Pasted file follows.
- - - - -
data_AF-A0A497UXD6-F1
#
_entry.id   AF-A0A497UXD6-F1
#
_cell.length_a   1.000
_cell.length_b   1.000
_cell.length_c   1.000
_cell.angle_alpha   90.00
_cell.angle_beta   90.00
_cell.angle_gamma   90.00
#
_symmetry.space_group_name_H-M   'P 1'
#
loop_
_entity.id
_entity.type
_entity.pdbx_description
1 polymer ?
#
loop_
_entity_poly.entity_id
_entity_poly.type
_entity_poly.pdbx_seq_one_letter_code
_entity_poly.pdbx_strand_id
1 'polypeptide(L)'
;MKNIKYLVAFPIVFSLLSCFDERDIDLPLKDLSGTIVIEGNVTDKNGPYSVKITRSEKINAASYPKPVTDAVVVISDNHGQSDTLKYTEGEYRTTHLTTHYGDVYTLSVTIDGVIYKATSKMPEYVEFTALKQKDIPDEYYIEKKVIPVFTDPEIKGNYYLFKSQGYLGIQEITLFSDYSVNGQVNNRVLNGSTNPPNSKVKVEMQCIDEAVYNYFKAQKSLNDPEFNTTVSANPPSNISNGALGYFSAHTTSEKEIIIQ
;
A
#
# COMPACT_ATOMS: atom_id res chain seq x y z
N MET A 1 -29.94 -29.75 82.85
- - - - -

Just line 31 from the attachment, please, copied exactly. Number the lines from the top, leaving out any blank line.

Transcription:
N MET A 1 -29.94 -29.75 82.85